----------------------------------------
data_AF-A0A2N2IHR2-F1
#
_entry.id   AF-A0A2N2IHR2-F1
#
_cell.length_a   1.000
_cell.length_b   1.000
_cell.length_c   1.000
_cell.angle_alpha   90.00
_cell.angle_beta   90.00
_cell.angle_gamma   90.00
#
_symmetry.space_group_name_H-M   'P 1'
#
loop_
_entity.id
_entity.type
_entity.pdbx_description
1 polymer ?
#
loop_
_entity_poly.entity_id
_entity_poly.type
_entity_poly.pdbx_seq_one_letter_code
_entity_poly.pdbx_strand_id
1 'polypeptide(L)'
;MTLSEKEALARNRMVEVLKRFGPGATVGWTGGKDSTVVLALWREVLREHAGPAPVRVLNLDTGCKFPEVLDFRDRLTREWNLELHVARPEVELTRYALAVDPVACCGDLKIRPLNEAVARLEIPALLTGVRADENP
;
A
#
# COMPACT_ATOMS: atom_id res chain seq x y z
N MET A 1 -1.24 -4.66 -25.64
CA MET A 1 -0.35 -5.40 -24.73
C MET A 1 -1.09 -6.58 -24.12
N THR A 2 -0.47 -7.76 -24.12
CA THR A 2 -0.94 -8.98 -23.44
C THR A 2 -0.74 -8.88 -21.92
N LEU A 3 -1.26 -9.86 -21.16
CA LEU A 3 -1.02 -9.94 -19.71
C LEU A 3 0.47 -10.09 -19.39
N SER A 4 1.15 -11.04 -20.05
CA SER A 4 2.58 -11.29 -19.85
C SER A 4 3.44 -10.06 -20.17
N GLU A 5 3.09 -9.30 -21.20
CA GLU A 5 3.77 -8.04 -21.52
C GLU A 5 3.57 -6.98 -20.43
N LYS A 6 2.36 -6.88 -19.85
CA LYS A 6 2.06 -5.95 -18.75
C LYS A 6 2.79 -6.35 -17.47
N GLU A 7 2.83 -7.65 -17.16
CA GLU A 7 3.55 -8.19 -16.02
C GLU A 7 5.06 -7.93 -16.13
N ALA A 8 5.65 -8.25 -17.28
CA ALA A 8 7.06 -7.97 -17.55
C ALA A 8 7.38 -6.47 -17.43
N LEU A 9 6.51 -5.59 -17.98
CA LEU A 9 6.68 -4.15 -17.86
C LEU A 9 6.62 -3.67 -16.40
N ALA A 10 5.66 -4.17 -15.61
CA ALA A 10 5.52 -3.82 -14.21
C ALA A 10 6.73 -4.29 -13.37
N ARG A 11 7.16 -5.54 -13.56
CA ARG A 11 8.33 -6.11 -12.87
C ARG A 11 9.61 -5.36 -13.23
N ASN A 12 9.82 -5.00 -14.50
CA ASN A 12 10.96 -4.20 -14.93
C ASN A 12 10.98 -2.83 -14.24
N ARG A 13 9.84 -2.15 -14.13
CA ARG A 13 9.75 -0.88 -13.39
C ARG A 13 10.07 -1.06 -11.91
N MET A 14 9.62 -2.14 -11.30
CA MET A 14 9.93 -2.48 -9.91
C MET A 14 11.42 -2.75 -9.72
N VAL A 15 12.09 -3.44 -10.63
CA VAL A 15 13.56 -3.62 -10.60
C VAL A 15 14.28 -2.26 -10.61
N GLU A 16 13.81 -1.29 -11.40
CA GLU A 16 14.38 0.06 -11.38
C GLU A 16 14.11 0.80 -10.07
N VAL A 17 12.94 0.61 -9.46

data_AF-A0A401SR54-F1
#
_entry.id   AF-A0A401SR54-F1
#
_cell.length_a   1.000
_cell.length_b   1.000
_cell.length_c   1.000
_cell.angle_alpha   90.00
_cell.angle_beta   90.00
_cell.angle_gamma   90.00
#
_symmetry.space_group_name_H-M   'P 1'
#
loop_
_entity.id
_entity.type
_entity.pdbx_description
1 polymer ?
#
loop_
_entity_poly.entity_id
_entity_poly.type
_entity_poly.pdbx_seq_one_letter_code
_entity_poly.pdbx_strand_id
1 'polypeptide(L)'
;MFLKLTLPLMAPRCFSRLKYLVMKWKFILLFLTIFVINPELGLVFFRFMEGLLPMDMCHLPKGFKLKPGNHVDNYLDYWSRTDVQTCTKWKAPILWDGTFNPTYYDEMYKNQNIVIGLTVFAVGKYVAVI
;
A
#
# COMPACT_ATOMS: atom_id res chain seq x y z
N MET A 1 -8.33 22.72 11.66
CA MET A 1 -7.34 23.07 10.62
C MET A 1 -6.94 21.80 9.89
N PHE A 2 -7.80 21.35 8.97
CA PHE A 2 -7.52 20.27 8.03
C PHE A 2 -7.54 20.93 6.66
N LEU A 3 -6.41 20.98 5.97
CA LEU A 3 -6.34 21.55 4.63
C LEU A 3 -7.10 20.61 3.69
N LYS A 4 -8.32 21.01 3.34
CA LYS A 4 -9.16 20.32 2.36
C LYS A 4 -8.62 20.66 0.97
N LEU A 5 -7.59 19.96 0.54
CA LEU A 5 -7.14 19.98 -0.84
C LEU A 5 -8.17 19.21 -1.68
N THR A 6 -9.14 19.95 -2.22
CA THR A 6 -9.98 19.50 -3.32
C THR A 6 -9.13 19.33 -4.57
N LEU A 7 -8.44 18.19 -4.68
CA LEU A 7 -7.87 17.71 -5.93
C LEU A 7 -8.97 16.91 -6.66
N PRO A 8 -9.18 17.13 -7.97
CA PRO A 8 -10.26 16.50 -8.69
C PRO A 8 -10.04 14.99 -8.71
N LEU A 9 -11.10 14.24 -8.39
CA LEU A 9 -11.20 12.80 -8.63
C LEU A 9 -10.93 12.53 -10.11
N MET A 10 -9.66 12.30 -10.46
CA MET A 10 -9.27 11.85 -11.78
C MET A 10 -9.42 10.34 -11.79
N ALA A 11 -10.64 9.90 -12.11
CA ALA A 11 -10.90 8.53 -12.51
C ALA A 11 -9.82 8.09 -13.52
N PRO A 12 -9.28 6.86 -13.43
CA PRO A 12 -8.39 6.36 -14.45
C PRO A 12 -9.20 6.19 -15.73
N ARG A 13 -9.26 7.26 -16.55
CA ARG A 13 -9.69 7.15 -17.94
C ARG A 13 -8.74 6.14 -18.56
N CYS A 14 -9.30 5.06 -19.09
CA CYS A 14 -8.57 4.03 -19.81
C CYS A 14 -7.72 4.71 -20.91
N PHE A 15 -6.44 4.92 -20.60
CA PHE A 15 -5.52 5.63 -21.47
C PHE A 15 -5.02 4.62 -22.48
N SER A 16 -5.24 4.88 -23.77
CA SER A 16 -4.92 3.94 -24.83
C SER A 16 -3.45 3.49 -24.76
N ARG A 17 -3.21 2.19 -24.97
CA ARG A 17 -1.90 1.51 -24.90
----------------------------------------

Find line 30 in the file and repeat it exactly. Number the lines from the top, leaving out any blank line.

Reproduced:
# COMPACT_ATOMS: atom_id res chain seq x y z